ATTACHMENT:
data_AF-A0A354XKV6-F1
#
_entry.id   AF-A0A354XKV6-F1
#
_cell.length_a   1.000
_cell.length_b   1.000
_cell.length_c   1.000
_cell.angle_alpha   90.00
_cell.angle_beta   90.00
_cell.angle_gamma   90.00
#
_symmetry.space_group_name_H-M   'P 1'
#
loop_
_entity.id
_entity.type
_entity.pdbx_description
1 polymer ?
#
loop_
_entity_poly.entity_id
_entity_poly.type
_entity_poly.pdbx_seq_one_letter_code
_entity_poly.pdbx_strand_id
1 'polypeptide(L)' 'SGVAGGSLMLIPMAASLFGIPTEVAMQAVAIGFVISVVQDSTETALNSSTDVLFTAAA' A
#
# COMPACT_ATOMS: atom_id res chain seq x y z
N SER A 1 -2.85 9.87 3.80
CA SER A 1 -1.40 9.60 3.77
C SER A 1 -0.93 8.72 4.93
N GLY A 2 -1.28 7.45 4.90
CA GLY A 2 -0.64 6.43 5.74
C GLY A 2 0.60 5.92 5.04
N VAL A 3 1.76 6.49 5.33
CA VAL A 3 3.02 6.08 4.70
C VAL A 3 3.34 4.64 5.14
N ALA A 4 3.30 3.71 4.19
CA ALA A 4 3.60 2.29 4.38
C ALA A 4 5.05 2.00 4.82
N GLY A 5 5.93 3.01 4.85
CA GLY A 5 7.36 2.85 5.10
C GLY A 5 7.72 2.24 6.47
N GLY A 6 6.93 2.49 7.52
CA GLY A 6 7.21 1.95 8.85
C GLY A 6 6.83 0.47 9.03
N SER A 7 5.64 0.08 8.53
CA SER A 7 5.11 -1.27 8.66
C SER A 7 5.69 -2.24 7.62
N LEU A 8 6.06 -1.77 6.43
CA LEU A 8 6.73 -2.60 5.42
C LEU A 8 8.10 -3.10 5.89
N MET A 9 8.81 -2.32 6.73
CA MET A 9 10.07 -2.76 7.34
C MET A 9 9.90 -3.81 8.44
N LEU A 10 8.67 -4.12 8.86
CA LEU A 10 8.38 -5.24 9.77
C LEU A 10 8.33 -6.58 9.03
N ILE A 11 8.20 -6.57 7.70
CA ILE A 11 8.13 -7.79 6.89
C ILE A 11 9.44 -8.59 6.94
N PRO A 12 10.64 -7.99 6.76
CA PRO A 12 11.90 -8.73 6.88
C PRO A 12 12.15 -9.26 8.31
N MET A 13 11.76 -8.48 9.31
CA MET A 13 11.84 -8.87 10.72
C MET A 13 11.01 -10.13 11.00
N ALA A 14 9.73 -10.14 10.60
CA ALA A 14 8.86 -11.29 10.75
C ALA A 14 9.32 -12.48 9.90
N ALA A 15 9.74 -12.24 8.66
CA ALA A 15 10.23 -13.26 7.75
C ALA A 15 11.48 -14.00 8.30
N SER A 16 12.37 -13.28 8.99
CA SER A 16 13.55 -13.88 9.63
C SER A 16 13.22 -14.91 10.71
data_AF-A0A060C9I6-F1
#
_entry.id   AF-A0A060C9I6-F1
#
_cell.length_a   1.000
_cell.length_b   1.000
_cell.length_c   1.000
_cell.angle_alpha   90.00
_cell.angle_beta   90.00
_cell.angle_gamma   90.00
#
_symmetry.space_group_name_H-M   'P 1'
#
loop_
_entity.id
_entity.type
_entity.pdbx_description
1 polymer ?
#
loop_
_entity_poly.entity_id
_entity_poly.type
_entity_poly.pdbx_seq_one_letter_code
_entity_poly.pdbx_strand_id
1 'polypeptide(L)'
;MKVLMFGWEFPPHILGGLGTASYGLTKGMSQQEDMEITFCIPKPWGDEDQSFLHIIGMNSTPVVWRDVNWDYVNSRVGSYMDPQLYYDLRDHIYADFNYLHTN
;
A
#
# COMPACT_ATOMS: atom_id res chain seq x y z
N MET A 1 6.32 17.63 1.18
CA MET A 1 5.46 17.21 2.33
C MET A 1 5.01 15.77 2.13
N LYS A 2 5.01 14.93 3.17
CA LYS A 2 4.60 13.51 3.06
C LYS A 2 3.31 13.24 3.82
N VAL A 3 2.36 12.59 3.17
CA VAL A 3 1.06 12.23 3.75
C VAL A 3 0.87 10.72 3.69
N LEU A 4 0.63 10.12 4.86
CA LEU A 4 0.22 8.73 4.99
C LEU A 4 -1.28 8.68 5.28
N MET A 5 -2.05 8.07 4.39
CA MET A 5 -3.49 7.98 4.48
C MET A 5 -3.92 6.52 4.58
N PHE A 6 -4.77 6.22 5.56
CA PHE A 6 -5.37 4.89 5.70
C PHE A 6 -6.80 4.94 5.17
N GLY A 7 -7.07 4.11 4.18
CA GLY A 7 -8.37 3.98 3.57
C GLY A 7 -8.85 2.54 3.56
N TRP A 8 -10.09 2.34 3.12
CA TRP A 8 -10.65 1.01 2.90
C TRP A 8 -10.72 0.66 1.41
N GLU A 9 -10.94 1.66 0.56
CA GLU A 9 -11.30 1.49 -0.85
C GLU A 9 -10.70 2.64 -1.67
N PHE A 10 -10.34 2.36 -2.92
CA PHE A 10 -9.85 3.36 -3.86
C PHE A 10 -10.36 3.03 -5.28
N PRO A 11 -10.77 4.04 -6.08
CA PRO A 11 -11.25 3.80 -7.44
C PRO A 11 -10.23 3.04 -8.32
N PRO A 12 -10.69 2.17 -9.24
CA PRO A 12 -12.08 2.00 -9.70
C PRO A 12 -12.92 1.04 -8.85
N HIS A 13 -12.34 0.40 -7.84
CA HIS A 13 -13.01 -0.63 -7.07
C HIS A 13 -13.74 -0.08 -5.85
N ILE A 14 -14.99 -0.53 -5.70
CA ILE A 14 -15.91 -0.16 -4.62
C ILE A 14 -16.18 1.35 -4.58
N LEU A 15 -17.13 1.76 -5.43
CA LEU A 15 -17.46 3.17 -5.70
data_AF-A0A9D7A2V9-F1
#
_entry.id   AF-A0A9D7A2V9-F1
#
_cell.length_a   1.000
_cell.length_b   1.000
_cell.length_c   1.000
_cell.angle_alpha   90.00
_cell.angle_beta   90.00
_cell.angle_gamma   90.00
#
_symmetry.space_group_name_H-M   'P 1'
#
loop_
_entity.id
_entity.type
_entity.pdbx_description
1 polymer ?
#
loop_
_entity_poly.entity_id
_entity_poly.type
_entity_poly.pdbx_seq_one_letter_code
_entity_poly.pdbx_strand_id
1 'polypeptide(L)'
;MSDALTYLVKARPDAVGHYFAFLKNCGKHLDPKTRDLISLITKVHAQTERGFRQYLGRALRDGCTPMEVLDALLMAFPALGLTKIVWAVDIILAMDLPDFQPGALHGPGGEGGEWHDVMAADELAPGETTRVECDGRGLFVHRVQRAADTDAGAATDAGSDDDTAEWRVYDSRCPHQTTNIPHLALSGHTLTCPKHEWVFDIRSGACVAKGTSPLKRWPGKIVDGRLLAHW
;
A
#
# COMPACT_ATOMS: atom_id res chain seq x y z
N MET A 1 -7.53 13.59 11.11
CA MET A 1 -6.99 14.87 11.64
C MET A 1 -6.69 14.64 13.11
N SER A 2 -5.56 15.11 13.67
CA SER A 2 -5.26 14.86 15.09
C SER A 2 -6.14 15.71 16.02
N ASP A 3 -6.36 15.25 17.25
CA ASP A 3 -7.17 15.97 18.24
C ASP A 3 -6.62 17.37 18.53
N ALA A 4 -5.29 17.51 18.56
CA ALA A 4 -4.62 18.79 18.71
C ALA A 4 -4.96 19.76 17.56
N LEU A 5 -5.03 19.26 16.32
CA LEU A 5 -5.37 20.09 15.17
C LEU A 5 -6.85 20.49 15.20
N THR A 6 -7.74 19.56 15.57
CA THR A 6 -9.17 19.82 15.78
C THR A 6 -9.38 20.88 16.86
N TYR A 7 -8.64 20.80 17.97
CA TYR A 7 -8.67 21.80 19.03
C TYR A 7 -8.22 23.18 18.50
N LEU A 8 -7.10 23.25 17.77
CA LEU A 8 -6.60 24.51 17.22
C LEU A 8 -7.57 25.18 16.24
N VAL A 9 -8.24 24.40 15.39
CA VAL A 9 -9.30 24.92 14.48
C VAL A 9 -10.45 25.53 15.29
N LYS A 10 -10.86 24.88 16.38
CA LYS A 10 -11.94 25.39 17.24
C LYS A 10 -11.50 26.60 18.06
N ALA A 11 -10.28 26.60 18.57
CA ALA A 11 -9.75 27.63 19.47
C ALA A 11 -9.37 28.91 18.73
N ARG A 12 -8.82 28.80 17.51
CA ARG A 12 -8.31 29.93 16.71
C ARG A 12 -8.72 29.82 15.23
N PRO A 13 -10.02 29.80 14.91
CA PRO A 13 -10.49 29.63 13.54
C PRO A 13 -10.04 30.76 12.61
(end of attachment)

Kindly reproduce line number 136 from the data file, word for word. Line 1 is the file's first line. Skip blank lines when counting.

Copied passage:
N PRO A 11 -10.77 4.04 -6.08